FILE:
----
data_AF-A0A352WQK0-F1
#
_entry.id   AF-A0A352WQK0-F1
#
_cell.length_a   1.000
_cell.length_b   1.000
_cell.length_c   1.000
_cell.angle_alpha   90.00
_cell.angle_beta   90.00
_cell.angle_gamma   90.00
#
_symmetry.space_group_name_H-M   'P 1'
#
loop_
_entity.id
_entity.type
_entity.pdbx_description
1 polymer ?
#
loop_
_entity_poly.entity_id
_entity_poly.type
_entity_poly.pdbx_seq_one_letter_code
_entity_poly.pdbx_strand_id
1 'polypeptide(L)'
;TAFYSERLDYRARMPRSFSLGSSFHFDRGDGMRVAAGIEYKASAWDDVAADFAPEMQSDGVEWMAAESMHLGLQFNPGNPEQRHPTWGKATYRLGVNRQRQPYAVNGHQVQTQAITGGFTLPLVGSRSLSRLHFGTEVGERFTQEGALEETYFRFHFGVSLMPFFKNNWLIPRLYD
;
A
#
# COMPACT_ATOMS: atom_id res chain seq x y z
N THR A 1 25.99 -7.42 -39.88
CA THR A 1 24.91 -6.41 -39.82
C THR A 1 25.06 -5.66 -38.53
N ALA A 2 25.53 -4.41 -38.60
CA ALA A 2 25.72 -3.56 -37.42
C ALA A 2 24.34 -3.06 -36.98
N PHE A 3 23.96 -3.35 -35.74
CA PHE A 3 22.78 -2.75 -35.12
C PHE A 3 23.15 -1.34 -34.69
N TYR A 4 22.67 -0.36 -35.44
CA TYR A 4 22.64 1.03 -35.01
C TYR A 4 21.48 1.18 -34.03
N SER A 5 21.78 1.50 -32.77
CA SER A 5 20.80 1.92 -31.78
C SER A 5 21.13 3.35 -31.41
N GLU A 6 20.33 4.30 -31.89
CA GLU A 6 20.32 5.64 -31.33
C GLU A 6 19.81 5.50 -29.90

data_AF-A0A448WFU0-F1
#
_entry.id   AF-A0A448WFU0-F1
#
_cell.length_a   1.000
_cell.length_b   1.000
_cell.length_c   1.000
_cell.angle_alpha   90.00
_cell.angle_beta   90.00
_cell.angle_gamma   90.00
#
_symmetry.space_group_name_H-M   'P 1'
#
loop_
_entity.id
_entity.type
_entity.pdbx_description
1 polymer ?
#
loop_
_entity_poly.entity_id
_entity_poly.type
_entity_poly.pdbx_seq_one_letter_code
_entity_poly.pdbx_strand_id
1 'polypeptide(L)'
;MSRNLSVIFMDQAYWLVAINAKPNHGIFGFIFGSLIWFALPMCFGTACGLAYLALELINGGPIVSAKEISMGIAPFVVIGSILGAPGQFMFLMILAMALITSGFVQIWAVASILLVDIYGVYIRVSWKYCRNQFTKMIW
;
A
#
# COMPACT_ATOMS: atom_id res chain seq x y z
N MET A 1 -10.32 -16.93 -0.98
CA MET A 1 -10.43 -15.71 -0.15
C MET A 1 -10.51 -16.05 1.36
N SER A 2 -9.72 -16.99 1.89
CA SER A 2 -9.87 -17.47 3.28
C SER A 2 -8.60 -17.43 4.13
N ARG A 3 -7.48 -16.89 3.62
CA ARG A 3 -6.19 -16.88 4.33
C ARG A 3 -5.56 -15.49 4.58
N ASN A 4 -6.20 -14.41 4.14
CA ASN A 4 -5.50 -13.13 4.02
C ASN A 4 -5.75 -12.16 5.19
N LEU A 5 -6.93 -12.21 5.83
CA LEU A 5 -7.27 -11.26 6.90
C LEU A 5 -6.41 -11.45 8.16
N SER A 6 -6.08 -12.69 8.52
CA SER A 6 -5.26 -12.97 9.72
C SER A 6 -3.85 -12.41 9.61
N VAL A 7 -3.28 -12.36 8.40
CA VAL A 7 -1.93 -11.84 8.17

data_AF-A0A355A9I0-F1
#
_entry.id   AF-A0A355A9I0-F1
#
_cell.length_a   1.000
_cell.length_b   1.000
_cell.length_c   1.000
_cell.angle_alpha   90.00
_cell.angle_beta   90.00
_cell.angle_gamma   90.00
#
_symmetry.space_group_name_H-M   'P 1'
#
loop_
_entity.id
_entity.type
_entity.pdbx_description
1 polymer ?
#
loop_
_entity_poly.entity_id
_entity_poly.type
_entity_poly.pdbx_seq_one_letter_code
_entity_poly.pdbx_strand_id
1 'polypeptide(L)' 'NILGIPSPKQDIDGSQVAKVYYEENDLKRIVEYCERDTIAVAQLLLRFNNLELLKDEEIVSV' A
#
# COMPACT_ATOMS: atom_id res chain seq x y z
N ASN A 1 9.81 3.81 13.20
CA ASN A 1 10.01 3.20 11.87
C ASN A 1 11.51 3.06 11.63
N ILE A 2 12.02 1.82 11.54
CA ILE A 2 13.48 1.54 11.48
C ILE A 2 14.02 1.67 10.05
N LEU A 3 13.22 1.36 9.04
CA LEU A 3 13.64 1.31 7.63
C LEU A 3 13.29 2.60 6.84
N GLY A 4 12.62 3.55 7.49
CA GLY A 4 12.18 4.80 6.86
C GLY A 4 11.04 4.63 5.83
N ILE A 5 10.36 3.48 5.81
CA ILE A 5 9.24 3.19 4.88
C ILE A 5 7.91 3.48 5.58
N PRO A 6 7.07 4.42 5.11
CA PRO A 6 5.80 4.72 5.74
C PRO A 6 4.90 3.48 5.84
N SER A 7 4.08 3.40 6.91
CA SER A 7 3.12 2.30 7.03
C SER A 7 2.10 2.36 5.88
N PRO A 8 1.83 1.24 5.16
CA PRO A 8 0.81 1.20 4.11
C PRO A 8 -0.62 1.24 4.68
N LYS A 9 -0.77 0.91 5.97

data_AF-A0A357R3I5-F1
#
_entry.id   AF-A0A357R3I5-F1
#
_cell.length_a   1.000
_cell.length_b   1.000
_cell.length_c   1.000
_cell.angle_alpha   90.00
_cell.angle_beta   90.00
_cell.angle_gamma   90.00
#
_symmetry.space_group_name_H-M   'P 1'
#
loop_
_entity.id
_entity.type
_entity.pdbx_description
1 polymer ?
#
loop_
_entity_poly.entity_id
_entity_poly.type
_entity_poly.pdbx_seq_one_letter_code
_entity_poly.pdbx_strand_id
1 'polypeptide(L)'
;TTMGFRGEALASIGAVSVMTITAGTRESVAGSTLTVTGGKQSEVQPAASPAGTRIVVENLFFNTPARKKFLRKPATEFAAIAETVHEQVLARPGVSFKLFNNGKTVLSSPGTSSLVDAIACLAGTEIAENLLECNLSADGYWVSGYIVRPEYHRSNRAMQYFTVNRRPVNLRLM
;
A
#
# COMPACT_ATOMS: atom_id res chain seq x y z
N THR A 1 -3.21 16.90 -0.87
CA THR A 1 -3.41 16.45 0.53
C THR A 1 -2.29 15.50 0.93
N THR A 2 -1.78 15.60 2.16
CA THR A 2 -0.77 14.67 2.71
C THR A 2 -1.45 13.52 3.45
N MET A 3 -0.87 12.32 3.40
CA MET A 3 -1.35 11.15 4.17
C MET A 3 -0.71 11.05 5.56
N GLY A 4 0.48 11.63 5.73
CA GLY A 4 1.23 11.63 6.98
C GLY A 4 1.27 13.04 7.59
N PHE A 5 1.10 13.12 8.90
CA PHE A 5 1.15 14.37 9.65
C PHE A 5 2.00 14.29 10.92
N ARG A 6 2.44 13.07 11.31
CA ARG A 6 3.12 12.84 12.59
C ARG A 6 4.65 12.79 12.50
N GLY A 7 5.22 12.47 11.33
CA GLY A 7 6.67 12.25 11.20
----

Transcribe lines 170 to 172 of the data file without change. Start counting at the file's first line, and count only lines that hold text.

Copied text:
loop_
_entity_poly.entity_id
_entity_poly.type